Missing the Tide

by Ray Grigg

There is a tide in the affairs of men,

Which, taken at the flood, leads on to fortune;

Omitted, all the voyage of their life

Is bound in shallows and in miseries.

On such a full sea are we now afloat,

And we must take the current when it serves,

Or lose our ventures.

William Shakespeare, The Tragedy of Julius Caesar (Act 4, Scene 3, 218-224).

Canada is at a critical juncture in its history. It can either catch the flooding tide of clean, renewable energies presented by the urgent call of circumstances, or it can miss the rising current of opportunity, succumb to being a purveyor of fossil fuels, and thereby spend the “voyage” of its life “bound in shallows and in miseries.”

If the development of Alberta’s tar sands, the proposed building of bitumen pipelines and the dream of a liquid natural gas industry are any indications, we seem to be choosing badly. The cause is clear. Whereas historians and philosophers think in decades and centuries, politicians and economists think in months and years. The difference is enormous. And the folly of living with such brief perspectives is becoming sadly evident.

The latest indication of this unfolding tragedy has been highlighted by the third National Climate Assessment Report, an 839-page study issued to the American government by its climate scientists. Unlike the previous two that were suppressed and manipulated during the eight years of the George W. Bush administration, this one has been signed and endorsed by the White House. “The assessment is clear,” declared President Obama on May 6, 2014. “Not only is climate change a problem in the future, it’s already affecting Americans, and people’s lives are at risk.”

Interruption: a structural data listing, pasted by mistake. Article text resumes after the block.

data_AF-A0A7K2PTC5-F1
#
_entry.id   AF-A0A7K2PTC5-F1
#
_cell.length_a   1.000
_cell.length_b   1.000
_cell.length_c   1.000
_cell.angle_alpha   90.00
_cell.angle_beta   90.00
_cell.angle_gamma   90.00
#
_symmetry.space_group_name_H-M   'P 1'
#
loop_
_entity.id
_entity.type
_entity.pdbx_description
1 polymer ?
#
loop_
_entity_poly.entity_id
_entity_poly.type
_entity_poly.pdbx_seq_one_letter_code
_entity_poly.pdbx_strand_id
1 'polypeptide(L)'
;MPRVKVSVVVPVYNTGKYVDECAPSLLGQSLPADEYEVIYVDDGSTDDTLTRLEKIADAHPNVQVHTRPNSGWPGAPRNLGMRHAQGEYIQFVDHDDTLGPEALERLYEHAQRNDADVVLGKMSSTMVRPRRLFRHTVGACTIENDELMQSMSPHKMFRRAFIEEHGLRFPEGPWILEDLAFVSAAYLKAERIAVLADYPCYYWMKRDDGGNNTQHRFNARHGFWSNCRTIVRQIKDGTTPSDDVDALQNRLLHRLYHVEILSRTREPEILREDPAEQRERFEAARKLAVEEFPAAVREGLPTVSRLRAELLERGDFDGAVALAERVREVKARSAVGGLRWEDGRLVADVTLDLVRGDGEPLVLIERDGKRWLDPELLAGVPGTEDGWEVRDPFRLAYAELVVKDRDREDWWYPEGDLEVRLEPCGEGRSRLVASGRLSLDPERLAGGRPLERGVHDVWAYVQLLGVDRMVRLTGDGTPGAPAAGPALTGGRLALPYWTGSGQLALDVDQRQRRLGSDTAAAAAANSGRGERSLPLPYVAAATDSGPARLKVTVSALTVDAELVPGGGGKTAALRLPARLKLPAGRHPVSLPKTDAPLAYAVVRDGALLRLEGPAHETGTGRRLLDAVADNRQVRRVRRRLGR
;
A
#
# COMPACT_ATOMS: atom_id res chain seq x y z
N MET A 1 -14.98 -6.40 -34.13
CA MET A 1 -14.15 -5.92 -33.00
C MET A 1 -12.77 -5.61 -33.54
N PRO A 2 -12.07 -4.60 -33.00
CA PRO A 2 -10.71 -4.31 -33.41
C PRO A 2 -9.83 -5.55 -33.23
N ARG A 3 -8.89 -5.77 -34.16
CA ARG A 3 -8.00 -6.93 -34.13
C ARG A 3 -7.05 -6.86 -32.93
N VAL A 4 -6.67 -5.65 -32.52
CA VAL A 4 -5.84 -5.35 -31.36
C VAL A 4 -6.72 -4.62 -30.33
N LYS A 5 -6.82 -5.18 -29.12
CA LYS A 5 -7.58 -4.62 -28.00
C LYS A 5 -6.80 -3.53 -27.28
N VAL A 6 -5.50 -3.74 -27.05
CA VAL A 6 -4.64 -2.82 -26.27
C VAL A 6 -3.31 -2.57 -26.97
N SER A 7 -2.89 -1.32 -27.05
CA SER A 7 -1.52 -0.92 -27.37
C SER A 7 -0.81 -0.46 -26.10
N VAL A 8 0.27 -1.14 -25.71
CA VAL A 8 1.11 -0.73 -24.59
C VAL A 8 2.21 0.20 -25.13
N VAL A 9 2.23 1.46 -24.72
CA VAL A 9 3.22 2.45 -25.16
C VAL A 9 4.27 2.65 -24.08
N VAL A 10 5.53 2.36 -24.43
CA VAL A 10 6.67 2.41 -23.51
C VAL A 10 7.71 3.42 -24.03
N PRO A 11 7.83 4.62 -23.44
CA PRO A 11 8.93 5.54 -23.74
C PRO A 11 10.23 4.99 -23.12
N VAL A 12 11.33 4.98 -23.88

Indeed. Extreme spring storms and tornadoes ripped through Arkansas and Mississippi killing an estimated 35 people. Torrential rains in early May flooded Florida. The airport in Pensacola recorded an astounding 5 inches (127 mm) in just one hour. Then the rain continued for the rest of the day. After more than 1.5 feet fell (457 mm), the deluge rendered the airport’s measuring gauges inoperable. The same day, other parts of Florida got more than 2 feet (600 mm) of rain — the exact amount is uncertain because none of these gauges, either, were capable of registering the intensity of the rainfall. Records since 1880 were shattered. Needless to say, flooding was extensive.